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Examining Trump's claim that Supreme Court vacancies occurred 29 times during election year or before inauguration

Senate fight over SCOTUS vacancy heats up
Senate fight over Supreme Court vacancy heats up as Republicans guarantee vote 02:38

Washington — As President Trump and Senate Republicans fend off attacks from Democrats for proceeding with the confirmation of a new Supreme Court justice just weeks before Election Day, an oft-repeated argument in favor of moving forward has been the historical precedent for filling a vacancy during an election year.

"There have been 29 times a vacancy opened during an election year or prior to an inauguration. Twenty-nine times. That's a lot," Mr. Trump told a crowd of supporters in North Carolina on Saturday. "Every single time, the sitting president made a nomination. That included — did you ever hear of George Washington? Did you ever hear of Thomas Jefferson? Or how about the great Abraham Lincoln?" 

Indeed, there have been more than a dozen vacancies on the Supreme Court during presidential election years, and past presidents have not shied away from naming nominees to fill those seats. But a review of Senate and Supreme Court records indicates there were fewer than 29 instances that fit the scenario Mr. Trump describes, in which a seat on the bench opened up during an election year and before an inauguration. 

And while the president may not have hesitated to try to fill the high court vacancies in those 29 instances, the Senate did not always agree with the president's selection. Ten times the candidate was rejected or withdrawn by the president.

In all, there were 16 vacancies, including Ginsburg's, that occurred before Election Day during an election year. Another 10 vacancies occurred in the months after the presidential election and before the inauguration, which occurred March 4 until ratification of the 20th Amendment in 1933. Two of those 10 were new seats to the Supreme Court, which were filled by President Andrew Jackson on March 3, 1837, before the inauguration.

There were another five vacancies from 1789 to 2020 that occurred before the start of the election year, and the nominations were then made during the election year. 

In one instance, Justice Abe Fortas was selected by President Lyndon B. Johnson to replace Chief Justice Earl Warren in June 1968, less than five months before the election. However, Fortas' nomination was ultimately withdrawn, as was the nomination of Homer Thornberry to succeed him as associate justice. Fortas did not vacate his seat as associate justice while his nomination to replace Warren was pending. While Fortas was nominated to Warren's seat, the chief justice ultimately did not retire until 1969.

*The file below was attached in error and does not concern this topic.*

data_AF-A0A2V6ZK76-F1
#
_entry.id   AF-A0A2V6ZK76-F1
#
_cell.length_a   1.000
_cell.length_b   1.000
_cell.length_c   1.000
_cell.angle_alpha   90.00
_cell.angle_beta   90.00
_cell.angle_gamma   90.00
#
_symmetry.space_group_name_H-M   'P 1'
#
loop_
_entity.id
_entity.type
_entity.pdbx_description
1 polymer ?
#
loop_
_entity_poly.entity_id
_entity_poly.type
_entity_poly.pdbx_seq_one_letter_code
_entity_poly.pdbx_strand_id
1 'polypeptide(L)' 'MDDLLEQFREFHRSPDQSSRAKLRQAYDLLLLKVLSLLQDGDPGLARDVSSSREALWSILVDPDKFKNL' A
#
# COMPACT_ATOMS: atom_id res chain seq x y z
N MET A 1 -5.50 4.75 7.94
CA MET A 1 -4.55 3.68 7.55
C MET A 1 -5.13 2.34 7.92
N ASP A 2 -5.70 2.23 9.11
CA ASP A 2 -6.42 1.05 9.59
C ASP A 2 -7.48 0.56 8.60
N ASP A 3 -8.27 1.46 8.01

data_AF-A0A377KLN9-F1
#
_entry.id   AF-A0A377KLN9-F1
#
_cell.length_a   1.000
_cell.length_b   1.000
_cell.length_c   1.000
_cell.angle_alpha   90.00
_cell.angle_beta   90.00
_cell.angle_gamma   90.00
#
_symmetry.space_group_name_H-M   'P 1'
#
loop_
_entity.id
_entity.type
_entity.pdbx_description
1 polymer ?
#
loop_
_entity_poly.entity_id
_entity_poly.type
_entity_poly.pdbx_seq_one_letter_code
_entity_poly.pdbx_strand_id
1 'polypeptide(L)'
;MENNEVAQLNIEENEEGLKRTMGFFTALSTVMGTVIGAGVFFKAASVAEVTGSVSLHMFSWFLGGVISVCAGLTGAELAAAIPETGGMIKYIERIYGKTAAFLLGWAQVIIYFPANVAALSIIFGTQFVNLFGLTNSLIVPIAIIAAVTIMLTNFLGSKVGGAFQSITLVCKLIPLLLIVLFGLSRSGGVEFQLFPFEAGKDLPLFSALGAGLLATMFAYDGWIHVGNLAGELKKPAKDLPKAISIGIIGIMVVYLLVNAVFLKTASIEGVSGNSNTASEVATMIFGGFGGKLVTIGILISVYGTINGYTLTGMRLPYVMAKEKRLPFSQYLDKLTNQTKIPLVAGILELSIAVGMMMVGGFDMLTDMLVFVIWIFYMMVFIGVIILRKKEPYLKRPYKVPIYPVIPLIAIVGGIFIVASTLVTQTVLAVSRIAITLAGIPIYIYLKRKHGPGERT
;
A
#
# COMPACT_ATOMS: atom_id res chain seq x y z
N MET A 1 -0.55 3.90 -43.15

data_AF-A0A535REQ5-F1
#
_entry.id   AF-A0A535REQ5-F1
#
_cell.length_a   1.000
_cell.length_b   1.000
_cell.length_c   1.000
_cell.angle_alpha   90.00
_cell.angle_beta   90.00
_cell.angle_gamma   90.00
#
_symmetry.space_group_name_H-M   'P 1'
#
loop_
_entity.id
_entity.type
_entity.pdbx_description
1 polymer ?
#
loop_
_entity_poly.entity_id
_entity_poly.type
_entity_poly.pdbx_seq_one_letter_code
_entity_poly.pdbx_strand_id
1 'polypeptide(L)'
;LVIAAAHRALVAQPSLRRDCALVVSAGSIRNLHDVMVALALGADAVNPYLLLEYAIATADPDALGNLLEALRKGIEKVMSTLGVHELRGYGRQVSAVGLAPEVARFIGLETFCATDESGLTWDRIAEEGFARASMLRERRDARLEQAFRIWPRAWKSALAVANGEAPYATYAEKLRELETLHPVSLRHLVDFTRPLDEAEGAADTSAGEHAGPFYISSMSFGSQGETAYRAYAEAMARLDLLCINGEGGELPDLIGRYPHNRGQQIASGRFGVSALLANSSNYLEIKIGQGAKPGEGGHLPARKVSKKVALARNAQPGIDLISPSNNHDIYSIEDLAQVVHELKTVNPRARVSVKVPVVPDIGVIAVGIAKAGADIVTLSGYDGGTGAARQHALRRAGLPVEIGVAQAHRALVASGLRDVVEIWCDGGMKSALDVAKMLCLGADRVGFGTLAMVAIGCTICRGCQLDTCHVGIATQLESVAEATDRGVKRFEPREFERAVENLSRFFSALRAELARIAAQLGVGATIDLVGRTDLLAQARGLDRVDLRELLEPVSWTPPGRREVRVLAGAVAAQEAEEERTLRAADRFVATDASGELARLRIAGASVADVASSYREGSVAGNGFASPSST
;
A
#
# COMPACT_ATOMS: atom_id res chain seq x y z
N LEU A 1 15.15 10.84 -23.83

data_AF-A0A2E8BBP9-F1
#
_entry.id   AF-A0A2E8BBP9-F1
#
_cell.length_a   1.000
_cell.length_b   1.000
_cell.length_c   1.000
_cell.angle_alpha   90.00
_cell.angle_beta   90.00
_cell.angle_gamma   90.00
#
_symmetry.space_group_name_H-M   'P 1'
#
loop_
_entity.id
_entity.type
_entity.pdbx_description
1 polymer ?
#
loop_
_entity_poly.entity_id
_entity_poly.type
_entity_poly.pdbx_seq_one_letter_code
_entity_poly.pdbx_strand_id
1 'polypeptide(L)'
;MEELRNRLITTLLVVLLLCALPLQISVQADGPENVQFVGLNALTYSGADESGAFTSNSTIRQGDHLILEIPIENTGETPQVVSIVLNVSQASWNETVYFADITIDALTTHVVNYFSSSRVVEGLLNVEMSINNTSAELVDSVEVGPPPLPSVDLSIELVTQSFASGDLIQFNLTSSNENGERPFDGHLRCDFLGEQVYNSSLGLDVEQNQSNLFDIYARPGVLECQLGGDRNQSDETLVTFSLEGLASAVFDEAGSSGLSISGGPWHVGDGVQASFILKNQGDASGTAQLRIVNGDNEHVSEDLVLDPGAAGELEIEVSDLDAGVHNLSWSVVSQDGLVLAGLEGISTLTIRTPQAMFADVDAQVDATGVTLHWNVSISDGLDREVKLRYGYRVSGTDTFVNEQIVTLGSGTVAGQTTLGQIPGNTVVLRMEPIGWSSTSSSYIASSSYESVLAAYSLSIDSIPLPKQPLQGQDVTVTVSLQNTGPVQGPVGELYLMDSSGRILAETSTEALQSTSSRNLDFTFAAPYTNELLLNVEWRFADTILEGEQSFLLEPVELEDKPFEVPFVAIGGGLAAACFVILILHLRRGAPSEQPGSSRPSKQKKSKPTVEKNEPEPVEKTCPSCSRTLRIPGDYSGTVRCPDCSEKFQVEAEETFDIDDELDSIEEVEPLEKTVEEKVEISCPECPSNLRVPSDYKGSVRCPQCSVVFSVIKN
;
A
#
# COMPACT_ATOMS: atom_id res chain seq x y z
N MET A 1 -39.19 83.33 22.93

One president, John Tyler, announced a total of nine Supreme Court nominees to fill two vacancies that occurred in December 1843 and April 1844. He was successful in filling one of the open seats, that of Justice Smith Thompson, in February 1845 before leaving office.

For the presidents referenced by Mr. Trump, Presidents George Washington, Thomas Jefferson and Abraham Lincoln, both Jefferson and Lincoln saw seats on the Supreme Court open up before Election Day in 1804 and 1864, respectively. In Washington's case, there were two vacancies that occurred in the final months of 1795. One seat on the Supreme Court opened in January 1793, before the inauguration.

Mr. Trump is expected to announce his nominee to succeed the late Justice Ruth Bader Ginsburg on the Supreme Court on Saturday. The two frontrunners are federal appellate Judges Amy Coney Barrett and Barbara Lagoa.

Despite the protests from Senate Democrats, who have few procedural tools to block the nomination, Republicans have said they intend to proceed with the confirmation process before the election. 

Here's a look at the timing of Supreme Court nominations, including those that occurred during an election year before the election — and those that occurred after the election but before the inauguration, as well as the vacancies that came up before an election year. 

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